Vet Shares His Story Of Putting His Dog To Sleep

A veterinarian speaks of loss, love and the bond between owner and pet.

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Douglas Palma, DVM, DACVIM (SAIM) spoke in empathetic tones when any of his clients lost a pet. But he couldn't truly feel that empathy. He had never gone through that loss.

As a veterinarian, Dr. Palma dealt with the difficulty of euthanasia every day. Part of his job is to help clients come to the best decision regarding their pets, and to help them when that decision involves loss. Chances are the day that decision was made will be stuck in his clients' minds for years to come.

Three years ago this August, Palma received a call at work from his wife Eileen. Their beloved yellow Lab-Border Collie mix hadn't eaten that morning. A pet skipping a meal may provoke concern in some pet owners; some may wait to see if their dog eats later on then opt to take them to the vet that evening or perhaps even the next day. But Palma's response was a little more urgent.

"Bring him to the hospital," he told Eileen, according to ABC News.

It's been said that parents who are also doctors hear their child cough and fear the worst. They've seen what it can turn into. They know things can go wrong. It was no different for Palma. Although this wasn't the first time Rufus was brought to the hospital, Palma's uneasiness wouldn't cease.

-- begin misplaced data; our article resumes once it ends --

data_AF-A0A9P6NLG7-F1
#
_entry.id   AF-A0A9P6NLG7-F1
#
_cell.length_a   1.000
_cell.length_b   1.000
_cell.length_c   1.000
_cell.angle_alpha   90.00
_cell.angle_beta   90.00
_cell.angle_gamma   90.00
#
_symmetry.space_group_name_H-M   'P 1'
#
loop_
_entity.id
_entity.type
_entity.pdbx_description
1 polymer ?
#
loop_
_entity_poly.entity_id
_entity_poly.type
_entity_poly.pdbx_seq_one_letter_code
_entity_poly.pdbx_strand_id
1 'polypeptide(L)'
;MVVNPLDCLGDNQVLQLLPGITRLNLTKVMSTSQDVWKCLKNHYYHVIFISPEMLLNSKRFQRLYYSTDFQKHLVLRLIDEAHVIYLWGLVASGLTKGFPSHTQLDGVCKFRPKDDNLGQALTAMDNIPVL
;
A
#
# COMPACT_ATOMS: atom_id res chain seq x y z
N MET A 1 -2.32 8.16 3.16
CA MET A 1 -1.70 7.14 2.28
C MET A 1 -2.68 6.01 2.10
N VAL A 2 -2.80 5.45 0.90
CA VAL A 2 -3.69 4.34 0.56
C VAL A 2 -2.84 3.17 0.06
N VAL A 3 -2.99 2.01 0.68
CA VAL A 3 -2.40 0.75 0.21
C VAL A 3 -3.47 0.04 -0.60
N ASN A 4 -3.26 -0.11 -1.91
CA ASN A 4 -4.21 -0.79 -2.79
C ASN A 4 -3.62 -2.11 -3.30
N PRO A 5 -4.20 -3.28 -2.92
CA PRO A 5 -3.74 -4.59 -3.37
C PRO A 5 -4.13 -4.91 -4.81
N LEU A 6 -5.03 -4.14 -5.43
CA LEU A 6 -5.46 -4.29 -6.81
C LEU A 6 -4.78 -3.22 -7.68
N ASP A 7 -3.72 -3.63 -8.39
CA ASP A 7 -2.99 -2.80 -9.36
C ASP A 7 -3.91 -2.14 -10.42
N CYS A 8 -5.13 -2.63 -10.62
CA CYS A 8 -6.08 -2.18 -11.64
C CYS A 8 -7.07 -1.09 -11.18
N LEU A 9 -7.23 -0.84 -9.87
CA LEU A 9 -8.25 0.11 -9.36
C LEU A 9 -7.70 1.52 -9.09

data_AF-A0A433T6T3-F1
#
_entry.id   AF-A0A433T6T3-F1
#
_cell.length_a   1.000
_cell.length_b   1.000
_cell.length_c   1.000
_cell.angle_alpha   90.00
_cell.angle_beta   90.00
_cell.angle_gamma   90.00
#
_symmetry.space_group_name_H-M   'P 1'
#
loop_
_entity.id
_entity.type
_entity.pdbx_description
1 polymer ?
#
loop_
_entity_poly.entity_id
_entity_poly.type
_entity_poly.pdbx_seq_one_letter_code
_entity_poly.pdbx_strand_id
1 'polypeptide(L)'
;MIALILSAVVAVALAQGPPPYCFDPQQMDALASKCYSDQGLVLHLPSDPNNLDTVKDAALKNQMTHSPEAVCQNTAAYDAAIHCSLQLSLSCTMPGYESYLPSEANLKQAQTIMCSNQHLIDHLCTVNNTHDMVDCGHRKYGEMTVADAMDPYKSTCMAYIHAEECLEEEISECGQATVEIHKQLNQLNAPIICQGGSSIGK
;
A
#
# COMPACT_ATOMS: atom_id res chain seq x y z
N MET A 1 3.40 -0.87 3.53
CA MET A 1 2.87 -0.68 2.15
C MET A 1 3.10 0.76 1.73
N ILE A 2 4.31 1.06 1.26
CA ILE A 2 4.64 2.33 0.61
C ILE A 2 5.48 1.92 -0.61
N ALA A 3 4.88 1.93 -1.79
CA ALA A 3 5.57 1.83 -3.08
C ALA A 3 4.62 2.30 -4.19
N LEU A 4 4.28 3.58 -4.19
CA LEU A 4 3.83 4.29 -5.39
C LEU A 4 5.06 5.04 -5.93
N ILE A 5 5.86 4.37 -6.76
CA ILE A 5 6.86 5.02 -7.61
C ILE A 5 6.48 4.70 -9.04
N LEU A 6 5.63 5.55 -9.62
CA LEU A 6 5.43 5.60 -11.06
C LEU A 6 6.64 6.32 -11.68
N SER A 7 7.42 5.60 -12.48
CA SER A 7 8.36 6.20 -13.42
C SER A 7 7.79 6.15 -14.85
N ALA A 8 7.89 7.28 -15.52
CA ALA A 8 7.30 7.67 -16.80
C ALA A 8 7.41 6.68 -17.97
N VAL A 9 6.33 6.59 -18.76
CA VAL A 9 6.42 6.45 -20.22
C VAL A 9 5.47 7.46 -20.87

Disease was everywhere at the clinic. His dog was 15. How could he not think the worst?

But thoughts of the day Palma and Eileen got Rufus came rushing in as well. They were a couple of college kids who rescued him from a cooler. Rufus was one of several puppies from an unplanned breeding. From that day on, he became an exceptional companion; a family member who witnessed Palma's proposal, who willingly moved to Ohio then New York and who loved Frisbee and swimming.

Rufus saw Palma through vet school and later his internship, but he would not yet see Palma in practice. A colleague was asked to conduct the tests.

"I can't be involved in the decision process," he said, as reported by ABC News.

When the metastasis diagnosis came back, Palma knew that he had less than a month left with Rufus. Faced with this reality, he quickly transitioned from pet owner to veterinarian, conducting an ultrasound and assessing Rufus's condition: splenic tumor and internal bleeding.

Emergency surgery would help temporarily, but death was inevitable. With that, Palma did what people in his situation are often advised to do: he focused on Rufus's life instead of on his death.

Rufus's last day with the Palma family was spent happily catching sticks and Frisbees. His dog tag remains on Palma's key chain to this day, memories of him forever in his mind. Palma's words when a client is dealing with loss are now full of true empathy.

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